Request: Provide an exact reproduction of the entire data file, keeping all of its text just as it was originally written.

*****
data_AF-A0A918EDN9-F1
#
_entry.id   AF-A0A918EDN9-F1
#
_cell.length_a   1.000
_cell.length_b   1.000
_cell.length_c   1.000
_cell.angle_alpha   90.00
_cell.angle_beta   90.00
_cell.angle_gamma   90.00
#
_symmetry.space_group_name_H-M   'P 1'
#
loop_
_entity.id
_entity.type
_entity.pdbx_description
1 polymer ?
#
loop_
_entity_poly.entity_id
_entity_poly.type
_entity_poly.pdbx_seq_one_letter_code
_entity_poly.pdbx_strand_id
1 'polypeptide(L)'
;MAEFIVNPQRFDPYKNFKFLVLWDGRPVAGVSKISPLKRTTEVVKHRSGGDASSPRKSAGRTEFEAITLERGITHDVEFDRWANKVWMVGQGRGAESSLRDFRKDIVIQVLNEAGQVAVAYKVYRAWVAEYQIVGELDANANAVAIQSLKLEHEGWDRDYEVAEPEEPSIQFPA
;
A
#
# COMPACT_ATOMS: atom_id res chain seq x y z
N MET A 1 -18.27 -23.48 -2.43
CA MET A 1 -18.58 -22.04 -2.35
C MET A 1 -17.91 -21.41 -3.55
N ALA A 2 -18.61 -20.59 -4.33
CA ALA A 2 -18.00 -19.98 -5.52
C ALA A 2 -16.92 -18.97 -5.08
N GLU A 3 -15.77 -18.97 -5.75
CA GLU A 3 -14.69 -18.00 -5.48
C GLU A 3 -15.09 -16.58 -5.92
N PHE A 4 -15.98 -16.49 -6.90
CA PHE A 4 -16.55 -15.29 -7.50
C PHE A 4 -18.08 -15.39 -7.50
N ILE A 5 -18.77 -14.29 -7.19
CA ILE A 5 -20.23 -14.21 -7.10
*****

data_AF-A0A918EDN9-F1
#
_entry.id   AF-A0A918EDN9-F1
#
_cell.length_a   1.000
_cell.length_b   1.000
_cell.length_c   1.000
_cell.angle_alpha   90.00
_cell.angle_beta   90.00
_cell.angle_gamma   90.00
#
_symmetry.space_group_name_H-M   'P 1'
#
loop_
_entity.id
_entity.type
_entity.pdbx_description
1 polymer ?
#
loop_
_entity_poly.entity_id
_entity_poly.type
_entity_poly.pdbx_seq_one_letter_code
_entity_poly.pdbx_strand_id
1 'polypeptide(L)'
;MAEFIVNPQRFDPYKNFKFLVLWDGRPVAGVSKISPLKRTTEVVKHRSGGDASSPRKSAGRTEFEAITLERGITHDVEFDRWANKVWMVGQGRGAESSLRDFRKDIVIQVLNEAGQVAVAYKVYRAWVAEYQIVGELDANANAVAIQSLKLEHEGWDRDYEVAEPEEPSIQFPA
;
A
#
# COMPACT_ATOMS: atom_id res chain seq x y z
N MET A 1 -18.27 -23.48 -2.43
CA MET A 1 -18.58 -22.04 -2.35
C MET A 1 -17.91 -21.41 -3.55
N ALA A 2 -18.61 -20.59 -4.33
CA ALA A 2 -18.00 -19.98 -5.52
C ALA A 2 -16.92 -18.97 -5.08
N GLU A 3 -15.77 -18.97 -5.75
CA GLU A 3 -14.69 -18.00 -5.48
C GLU A 3 -15.09 -16.58 -5.92
N PHE A 4 -15.98 -16.49 -6.90
CA PHE A 4 -16.55 -15.29 -7.50
C PHE A 4 -18.08 -15.39 -7.50
N ILE A 5 -18.77 -14.29 -7.19
CA ILE A 5 -20.23 -14.21 -7.10